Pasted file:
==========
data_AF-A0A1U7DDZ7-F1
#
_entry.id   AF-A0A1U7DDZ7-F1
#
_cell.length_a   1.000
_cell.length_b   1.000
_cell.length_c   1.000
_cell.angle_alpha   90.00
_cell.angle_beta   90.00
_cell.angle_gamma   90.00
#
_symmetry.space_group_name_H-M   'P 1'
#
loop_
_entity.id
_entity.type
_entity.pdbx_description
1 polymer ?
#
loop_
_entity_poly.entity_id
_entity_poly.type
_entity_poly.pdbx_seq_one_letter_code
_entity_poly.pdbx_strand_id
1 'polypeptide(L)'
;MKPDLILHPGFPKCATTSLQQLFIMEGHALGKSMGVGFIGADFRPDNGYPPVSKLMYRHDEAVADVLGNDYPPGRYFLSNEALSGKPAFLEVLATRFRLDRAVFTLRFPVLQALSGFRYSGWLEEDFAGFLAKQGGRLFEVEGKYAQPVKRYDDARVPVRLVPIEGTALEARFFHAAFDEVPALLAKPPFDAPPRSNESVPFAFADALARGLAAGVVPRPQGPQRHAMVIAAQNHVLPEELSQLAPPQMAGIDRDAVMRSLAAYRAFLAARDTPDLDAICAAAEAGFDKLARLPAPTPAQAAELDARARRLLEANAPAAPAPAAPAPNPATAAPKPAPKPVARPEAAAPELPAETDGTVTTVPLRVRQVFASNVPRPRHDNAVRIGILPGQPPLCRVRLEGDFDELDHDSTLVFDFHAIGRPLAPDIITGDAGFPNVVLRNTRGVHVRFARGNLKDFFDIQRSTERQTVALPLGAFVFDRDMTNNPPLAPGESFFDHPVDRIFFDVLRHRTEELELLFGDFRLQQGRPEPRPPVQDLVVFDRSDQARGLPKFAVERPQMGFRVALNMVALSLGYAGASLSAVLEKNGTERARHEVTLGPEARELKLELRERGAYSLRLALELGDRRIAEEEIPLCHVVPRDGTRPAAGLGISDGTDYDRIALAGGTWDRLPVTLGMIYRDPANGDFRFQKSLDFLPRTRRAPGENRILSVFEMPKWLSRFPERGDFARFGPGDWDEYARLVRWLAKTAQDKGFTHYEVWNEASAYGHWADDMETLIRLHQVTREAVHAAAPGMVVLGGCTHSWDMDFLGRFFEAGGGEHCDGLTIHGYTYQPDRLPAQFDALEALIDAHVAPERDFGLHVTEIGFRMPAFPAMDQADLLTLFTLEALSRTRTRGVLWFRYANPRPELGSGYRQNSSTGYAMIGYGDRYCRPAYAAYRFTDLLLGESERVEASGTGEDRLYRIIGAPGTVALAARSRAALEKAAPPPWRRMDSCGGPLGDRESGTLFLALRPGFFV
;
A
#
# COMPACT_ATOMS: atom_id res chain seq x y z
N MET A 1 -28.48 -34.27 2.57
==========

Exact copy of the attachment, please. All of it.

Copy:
data_AF-A0A1U7DDZ7-F1
#
_entry.id   AF-A0A1U7DDZ7-F1
#
_cell.length_a   1.000
_cell.length_b   1.000
_cell.length_c   1.000
_cell.angle_alpha   90.00
_cell.angle_beta   90.00
_cell.angle_gamma   90.00
#
_symmetry.space_group_name_H-M   'P 1'
#
loop_
_entity.id
_entity.type
_entity.pdbx_description
1 polymer ?
#
loop_
_entity_poly.entity_id
_entity_poly.type
_entity_poly.pdbx_seq_one_letter_code
_entity_poly.pdbx_strand_id
1 'polypeptide(L)'
;MKPDLILHPGFPKCATTSLQQLFIMEGHALGKSMGVGFIGADFRPDNGYPPVSKLMYRHDEAVADVLGNDYPPGRYFLSNEALSGKPAFLEVLATRFRLDRAVFTLRFPVLQALSGFRYSGWLEEDFAGFLAKQGGRLFEVEGKYAQPVKRYDDARVPVRLVPIEGTALEARFFHAAFDEVPALLAKPPFDAPPRSNESVPFAFADALARGLAAGVVPRPQGPQRHAMVIAAQNHVLPEELSQLAPPQMAGIDRDAVMRSLAAYRAFLAARDTPDLDAICAAAEAGFDKLARLPAPTPAQAAELDARARRLLEANAPAAPAPAAPAPNPATAAPKPAPKPVARPEAAAPELPAETDGTVTTVPLRVRQVFASNVPRPRHDNAVRIGILPGQPPLCRVRLEGDFDELDHDSTLVFDFHAIGRPLAPDIITGDAGFPNVVLRNTRGVHVRFARGNLKDFFDIQRSTERQTVALPLGAFVFDRDMTNNPPLAPGESFFDHPVDRIFFDVLRHRTEELELLFGDFRLQQGRPEPRPPVQDLVVFDRSDQARGLPKFAVERPQMGFRVALNMVALSLGYAGASLSAVLEKNGTERARHEVTLGPEARELKLELRERGAYSLRLALELGDRRIAEEEIPLCHVVPRDGTRPAAGLGISDGTDYDRIALAGGTWDRLPVTLGMIYRDPANGDFRFQKSLDFLPRTRRAPGENRILSVFEMPKWLSRFPERGDFARFGPGDWDEYARLVRWLAKTAQDKGFTHYEVWNEASAYGHWADDMETLIRLHQVTREAVHAAAPGMVVLGGCTHSWDMDFLGRFFEAGGGEHCDGLTIHGYTYQPDRLPAQFDALEALIDAHVAPERDFGLHVTEIGFRMPAFPAMDQADLLTLFTLEALSRTRTRGVLWFRYANPRPELGSGYRQNSSTGYAMIGYGDRYCRPAYAAYRFTDLLLGESERVEASGTGEDRLYRIIGAPGTVALAARSRAALEKAAPPPWRRMDSCGGPLGDRESGTLFLALRPGFFV
;
A
#
# COMPACT_ATOMS: atom_id res chain seq x y z
N MET A 1 -28.48 -34.27 2.57